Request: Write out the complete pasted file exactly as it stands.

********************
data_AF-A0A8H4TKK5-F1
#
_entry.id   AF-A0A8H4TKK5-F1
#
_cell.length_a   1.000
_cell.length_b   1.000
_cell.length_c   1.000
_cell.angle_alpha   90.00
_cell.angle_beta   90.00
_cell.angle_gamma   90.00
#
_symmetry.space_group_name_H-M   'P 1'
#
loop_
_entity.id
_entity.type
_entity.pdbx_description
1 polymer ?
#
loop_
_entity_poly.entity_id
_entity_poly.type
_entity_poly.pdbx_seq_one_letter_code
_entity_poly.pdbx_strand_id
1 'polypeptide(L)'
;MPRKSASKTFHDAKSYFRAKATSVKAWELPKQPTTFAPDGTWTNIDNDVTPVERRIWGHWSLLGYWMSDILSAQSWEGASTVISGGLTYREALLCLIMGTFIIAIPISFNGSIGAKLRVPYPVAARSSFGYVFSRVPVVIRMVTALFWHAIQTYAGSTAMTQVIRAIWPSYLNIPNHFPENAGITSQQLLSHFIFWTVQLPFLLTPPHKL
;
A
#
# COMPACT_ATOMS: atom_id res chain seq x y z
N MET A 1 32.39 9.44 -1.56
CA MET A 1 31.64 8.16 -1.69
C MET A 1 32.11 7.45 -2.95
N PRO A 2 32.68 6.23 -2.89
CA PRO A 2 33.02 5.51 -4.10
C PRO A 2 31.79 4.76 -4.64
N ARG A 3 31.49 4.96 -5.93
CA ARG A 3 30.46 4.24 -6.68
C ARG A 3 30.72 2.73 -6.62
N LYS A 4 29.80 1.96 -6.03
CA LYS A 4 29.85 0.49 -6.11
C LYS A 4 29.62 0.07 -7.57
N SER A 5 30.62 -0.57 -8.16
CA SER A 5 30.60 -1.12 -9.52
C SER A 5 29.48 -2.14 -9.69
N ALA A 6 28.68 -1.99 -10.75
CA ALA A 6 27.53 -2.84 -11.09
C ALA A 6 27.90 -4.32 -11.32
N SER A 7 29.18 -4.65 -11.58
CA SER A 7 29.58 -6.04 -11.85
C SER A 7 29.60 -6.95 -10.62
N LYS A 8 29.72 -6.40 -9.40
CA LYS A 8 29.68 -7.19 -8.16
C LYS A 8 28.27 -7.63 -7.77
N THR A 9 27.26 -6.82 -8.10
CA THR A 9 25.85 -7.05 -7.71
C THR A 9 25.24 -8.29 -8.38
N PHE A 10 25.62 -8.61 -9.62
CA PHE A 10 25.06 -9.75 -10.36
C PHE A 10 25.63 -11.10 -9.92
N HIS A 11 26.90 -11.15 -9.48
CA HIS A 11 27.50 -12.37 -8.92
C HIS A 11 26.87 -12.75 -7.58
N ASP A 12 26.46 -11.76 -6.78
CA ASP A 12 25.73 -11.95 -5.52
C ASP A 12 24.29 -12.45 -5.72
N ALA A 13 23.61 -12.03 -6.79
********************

data_AF-A0A8H4TKK5-F1
#
_entry.id   AF-A0A8H4TKK5-F1
#
_cell.length_a   1.000
_cell.length_b   1.000
_cell.length_c   1.000
_cell.angle_alpha   90.00
_cell.angle_beta   90.00
_cell.angle_gamma   90.00
#
_symmetry.space_group_name_H-M   'P 1'
#
loop_
_entity.id
_entity.type
_entity.pdbx_description
1 polymer ?
#
loop_
_entity_poly.entity_id
_entity_poly.type
_entity_poly.pdbx_seq_one_letter_code
_entity_poly.pdbx_strand_id
1 'polypeptide(L)'
;MPRKSASKTFHDAKSYFRAKATSVKAWELPKQPTTFAPDGTWTNIDNDVTPVERRIWGHWSLLGYWMSDILSAQSWEGASTVISGGLTYREALLCLIMGTFIIAIPISFNGSIGAKLRVPYPVAARSSFGYVFSRVPVVIRMVTALFWHAIQTYAGSTAMTQVIRAIWPSYLNIPNHFPENAGITSQQLLSHFIFWTVQLPFLLTPPHKL
;
A
#
# COMPACT_ATOMS: atom_id res chain seq x y z
N MET A 1 32.39 9.44 -1.56
CA MET A 1 31.64 8.16 -1.69
C MET A 1 32.11 7.45 -2.95
N PRO A 2 32.68 6.23 -2.89
CA PRO A 2 33.02 5.51 -4.10
C PRO A 2 31.79 4.76 -4.64
N ARG A 3 31.49 4.96 -5.93
CA ARG A 3 30.46 4.24 -6.68
C ARG A 3 30.72 2.73 -6.62
N LYS A 4 29.80 1.96 -6.03
CA LYS A 4 29.85 0.49 -6.11
C LYS A 4 29.62 0.07 -7.57
N SER A 5 30.62 -0.57 -8.16
CA SER A 5 30.60 -1.12 -9.52
C SER A 5 29.48 -2.14 -9.69
N ALA A 6 28.68 -1.99 -10.75
CA ALA A 6 27.53 -2.84 -11.09
C ALA A 6 27.90 -4.32 -11.32
N SER A 7 29.18 -4.65 -11.58
CA SER A 7 29.58 -6.04 -11.85
C SER A 7 29.60 -6.95 -10.62
N LYS A 8 29.72 -6.40 -9.40
CA LYS A 8 29.68 -7.19 -8.16
C LYS A 8 28.27 -7.63 -7.77
N THR A 9 27.26 -6.82 -8.10
CA THR A 9 25.85 -7.05 -7.71
C THR A 9 25.24 -8.29 -8.38
N PHE A 10 25.62 -8.61 -9.62
CA PHE A 10 25.06 -9.75 -10.36
C PHE A 10 25.63 -11.10 -9.92
N HIS A 11 26.90 -11.15 -9.48
CA HIS A 11 27.50 -12.37 -8.92
C HIS A 11 26.87 -12.75 -7.58
N ASP A 12 26.46 -11.76 -6.78
CA ASP A 12 25.73 -11.95 -5.52
C ASP A 12 24.29 -12.45 -5.72
N ALA A 13 23.61 -12.03 -6.79